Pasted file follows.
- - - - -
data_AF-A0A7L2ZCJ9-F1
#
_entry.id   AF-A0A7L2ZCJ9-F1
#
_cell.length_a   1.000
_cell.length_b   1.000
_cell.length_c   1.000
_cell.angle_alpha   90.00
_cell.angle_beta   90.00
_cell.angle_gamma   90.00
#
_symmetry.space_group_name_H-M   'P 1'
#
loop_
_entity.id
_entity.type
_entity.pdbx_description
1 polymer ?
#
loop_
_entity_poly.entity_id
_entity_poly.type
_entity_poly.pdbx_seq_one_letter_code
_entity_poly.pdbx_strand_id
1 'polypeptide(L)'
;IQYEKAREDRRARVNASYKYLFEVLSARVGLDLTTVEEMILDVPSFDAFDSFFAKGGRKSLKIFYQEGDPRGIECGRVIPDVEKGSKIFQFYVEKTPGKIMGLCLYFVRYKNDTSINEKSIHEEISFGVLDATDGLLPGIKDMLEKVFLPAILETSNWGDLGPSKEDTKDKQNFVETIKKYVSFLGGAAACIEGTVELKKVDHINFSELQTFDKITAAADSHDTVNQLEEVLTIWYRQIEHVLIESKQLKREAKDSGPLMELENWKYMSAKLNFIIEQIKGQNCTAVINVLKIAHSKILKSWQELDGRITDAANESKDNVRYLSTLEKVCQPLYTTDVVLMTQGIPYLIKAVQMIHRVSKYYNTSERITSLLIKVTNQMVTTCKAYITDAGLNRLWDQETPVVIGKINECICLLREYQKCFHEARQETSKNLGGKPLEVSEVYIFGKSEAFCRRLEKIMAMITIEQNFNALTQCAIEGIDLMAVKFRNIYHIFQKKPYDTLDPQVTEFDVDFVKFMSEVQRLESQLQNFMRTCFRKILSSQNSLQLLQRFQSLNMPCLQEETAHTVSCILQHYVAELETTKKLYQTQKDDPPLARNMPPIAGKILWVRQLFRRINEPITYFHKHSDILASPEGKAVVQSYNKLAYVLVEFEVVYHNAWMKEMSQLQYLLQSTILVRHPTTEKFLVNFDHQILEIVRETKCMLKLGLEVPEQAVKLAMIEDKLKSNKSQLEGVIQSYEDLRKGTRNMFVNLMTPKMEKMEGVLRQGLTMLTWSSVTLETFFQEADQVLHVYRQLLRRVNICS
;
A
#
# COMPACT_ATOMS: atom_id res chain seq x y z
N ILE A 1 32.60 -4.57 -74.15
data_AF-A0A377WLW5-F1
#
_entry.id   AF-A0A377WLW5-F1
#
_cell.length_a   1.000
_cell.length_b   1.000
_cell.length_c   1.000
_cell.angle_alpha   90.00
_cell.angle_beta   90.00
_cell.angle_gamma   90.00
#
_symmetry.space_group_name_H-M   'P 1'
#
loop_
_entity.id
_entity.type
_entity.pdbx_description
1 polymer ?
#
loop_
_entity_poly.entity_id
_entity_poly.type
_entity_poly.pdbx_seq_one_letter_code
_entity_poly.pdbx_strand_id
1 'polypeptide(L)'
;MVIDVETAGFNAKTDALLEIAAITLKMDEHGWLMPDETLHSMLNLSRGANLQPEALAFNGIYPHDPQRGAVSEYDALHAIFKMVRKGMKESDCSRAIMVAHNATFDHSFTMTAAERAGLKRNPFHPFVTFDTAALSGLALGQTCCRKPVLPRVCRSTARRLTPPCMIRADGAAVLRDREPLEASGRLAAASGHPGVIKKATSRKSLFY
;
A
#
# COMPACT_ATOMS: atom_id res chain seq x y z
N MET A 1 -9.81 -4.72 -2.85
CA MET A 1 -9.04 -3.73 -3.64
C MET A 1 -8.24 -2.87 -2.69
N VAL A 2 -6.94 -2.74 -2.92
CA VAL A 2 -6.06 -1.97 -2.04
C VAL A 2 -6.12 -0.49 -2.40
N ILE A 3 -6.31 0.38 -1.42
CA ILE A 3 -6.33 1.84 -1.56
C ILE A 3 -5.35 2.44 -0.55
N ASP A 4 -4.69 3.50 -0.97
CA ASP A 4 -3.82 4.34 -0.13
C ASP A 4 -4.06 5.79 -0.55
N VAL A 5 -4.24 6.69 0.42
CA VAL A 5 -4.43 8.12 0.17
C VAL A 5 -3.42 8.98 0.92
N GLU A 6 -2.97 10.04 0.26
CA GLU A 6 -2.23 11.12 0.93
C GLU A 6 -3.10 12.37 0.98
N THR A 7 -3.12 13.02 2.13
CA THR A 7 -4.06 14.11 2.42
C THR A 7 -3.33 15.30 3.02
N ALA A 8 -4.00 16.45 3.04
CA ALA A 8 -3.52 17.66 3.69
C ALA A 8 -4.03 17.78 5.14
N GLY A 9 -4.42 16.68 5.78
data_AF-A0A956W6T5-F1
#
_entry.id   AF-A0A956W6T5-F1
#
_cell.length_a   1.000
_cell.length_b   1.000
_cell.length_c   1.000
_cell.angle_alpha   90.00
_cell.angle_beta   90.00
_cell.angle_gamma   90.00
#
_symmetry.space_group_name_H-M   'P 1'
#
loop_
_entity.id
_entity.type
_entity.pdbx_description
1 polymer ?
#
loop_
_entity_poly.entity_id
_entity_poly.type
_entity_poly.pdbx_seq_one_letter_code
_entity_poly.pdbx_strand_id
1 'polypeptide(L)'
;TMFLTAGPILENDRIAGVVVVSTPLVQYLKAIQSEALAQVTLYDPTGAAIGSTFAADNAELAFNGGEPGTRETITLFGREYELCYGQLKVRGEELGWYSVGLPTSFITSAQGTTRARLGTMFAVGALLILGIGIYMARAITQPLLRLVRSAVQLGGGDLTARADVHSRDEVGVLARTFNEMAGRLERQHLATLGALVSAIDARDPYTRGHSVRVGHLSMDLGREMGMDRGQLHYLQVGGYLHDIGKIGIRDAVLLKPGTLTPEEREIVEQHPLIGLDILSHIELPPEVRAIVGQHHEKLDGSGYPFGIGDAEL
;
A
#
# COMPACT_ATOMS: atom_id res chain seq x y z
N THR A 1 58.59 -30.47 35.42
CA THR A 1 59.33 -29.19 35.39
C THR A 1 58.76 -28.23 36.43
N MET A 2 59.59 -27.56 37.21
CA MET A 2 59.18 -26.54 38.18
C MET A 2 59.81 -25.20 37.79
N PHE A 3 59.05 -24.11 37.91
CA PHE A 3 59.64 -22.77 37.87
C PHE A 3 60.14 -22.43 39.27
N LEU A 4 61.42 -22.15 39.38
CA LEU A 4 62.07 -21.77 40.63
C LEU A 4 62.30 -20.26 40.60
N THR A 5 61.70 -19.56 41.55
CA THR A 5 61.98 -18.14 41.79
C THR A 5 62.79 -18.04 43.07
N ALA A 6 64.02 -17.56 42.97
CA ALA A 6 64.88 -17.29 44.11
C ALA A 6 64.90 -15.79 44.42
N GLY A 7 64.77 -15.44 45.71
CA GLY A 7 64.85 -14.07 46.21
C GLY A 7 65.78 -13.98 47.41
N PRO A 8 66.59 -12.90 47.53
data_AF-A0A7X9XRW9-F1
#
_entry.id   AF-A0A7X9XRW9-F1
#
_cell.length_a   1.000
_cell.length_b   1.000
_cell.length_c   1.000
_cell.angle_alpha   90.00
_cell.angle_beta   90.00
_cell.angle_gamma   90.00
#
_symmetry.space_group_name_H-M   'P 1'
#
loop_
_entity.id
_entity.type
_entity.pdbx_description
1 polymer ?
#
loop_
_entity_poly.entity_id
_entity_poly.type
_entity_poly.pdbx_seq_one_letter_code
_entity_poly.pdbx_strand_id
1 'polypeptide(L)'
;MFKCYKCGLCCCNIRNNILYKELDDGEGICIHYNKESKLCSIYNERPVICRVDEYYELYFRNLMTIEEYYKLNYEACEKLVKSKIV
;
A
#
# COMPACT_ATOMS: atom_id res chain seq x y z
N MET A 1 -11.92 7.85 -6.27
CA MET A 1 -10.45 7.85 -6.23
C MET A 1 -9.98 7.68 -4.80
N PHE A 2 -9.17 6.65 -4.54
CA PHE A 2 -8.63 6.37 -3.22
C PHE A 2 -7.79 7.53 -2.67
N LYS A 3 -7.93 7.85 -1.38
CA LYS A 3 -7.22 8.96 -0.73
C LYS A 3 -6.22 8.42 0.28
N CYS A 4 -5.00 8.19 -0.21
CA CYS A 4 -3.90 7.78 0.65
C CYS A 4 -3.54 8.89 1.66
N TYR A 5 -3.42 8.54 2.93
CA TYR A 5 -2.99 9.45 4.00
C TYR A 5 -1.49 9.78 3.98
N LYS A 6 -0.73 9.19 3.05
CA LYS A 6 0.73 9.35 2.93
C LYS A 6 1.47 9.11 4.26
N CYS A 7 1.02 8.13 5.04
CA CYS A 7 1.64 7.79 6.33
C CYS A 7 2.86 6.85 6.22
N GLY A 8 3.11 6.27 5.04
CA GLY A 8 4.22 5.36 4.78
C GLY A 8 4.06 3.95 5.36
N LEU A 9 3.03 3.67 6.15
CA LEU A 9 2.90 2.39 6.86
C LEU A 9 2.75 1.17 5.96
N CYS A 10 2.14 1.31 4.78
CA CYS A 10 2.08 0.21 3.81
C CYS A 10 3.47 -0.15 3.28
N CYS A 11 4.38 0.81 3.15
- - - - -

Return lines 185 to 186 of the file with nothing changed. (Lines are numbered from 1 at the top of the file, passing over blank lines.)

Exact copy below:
CA LYS A 6 0.73 9.35 2.93
C LYS A 6 1.47 9.11 4.26